47% of State’s Non-Profits Have Cut Staff
Many cutting programming, most seeing fewer volunteers, report finds.
With students home and a large number of Wisconsinites out of work due to the coronavirus pandemic, many Wisconsin nonprofits are seeing increased demand for their services while also facing new challenges, according to a recent report.
Researchers from six University of Wisconsin System schools surveyed nonprofits across the state, determining that “dramatic shifts in the nonprofit sector due to COVID-19 were apparent.” The online survey was conducted April 14-29 with more than 600 nonprofits from 54 Wisconsin counties responding.
According to the report, 47 percent of nonprofits have had to reduce programming due to the pandemic. The same percentage have downsized their staff.
Meanwhile, 80 percent of organizations are seeing fewer volunteers.
Studio 84 in Whitewater, an arts organization that serves people with disabilities, closed in March, according to the report. Its two staff members couldn’t meet the needs of all its clients when the organization’s volunteers, many of them students at UW-Whitewater, were sent home.
The report shows nonprofit executives have a variety of concerns when it comes to their future — from lost revenue and declining donations to ensuring safe conditions for staff, volunteers and clients.
One anonymous survey respondent said the pandemic has created a “moral dilemma” for their organization.
“We are trying to determine how we could safely resume street outreach to homeless clients,” they wrote. “How much risk can we ask staff to take?”
As the pandemic has altered the lives of people across Wisconsin, 11 percent of nonprofits said they’ve shifted their programming to address basic needs like food and transportation. Meanwhile, 28 percent said they’ve moved their programming online.
Oliver Zornow, executive director of Building for Kids Children’s Museum in Appleton, said tens of thousands of people have taken advantage of the nonprofit’s expanded online programming during the pandemic. On Tuesday, Building for Kids livestreamed a demonstration on how to make sidewalk chalk paint out of household items.
The current situation is unprecedented, Zornow said. But like many other organizations, the museum has found ways to adapt. In addition to offering remote learning opportunities, museum staff members are assembling hundreds of activity kits for local children each week, he said.
“Every day during this pandemic, kids are being born, families are being created and kids are growing and developing. And we need to make sure that we continue to support them the best we can,” Zornow said.
According to the report, some nonprofits said operating remotely limits their ability to serve marginalized communities. Sometimes those clients lack the technology access required to connect with nonprofits online, said Bryce Lord, of the Helen Bader Institute for Nonprofit Management at UW-Milwaukee.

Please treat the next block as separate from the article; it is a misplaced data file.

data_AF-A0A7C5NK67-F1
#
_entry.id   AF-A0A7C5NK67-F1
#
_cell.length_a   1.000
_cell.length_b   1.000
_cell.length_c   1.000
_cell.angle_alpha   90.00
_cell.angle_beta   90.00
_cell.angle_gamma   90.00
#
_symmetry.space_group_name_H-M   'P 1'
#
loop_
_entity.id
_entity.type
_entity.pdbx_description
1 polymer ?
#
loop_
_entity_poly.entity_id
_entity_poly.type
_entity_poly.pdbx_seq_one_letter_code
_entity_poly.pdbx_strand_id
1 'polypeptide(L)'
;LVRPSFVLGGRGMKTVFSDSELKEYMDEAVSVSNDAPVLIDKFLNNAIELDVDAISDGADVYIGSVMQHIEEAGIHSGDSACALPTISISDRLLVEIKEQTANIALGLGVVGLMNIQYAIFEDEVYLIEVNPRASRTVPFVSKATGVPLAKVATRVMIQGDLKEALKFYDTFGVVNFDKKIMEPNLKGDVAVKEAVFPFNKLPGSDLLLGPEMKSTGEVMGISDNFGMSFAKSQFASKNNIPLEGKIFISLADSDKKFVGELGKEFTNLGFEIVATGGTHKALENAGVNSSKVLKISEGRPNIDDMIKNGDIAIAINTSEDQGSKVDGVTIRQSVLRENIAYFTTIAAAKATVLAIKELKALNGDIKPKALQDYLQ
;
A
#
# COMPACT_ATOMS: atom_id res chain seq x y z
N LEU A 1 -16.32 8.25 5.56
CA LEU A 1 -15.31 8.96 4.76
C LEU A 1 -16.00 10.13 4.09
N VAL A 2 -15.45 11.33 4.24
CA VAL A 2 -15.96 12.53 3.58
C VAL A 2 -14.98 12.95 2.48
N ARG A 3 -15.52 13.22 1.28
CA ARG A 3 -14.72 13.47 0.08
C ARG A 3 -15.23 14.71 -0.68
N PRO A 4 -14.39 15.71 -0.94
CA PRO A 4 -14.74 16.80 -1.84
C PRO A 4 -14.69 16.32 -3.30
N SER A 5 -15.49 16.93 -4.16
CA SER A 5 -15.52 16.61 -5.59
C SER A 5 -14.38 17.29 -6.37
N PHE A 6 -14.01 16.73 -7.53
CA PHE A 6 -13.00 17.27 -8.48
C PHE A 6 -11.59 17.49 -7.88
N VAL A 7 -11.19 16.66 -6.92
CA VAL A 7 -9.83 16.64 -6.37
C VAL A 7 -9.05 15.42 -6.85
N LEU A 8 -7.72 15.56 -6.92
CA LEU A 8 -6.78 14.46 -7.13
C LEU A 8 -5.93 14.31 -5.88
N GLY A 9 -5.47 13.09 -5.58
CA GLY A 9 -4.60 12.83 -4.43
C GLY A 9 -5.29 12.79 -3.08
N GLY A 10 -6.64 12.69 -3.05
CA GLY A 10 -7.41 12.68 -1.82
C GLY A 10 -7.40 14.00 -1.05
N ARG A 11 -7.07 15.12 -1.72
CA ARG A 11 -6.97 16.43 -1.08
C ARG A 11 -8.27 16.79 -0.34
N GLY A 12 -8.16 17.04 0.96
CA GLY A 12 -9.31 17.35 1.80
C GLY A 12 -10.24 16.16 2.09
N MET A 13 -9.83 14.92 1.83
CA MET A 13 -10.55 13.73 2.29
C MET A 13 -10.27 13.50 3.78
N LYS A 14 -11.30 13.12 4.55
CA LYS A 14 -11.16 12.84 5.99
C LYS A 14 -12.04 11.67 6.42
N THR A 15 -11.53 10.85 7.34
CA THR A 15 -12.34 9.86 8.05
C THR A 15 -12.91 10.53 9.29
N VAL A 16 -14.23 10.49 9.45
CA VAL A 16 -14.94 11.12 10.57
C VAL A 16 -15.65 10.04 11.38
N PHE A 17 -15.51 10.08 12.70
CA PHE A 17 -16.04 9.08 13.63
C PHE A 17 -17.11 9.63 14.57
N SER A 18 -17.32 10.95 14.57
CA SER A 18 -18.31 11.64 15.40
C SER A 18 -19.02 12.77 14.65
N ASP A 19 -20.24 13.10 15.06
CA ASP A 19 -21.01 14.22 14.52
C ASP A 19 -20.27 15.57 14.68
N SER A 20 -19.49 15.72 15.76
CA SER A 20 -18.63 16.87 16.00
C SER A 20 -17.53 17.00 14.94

Lord, a researcher on the report, said other services have to be provided through face-to-face interactions, made difficult by social distancing. For example, an LGBTQ youth who feels unsafe at home might struggle to find somewhere to go due to the pandemic, he said.
Organizations also said they’re worried they won’t meet grant requirements due to changes brought on by the pandemic.
The federal coronavirus relief bill signed into law in March created the Paycheck Protection Program. According to the report, 55 percent of nonprofits said they applied for federal funding through the program.
While the program helps recipients keep their staff on payroll, many Wisconsin nonprofits are missing out on revenue due to social distancing measures. Building for Kids gets most of its income through ticket and membership sales, and this is usually one of the busiest times of year.
“It’s been really challenging in the sense that our costs have remained the same and our income has just disappeared. And so we’re currently relying on our reserve funds that we had set aside for a rainy day, but we never anticipated that the rainy day would be this long,” Zornow said.
The museum will make it through the pandemic, he said. Not every nonprofit will be so fortunate.
“I think there is a concern that we are going to lose some (nonprofits) and I think there’s concern we’re going to lose some for-profit business as well,” Lord said. “This is shaking up society in ways we’ve never really experienced, at least in our lifetimes.”
But overall, the nonprofit sector is resilient, he said
Listen to the WPR report here.
Report: 47 Percent Of Wisconsin Nonprofits Have Reduced Programming, Staff Amid Pandemic was originally published by Wisconsin Public Radio.
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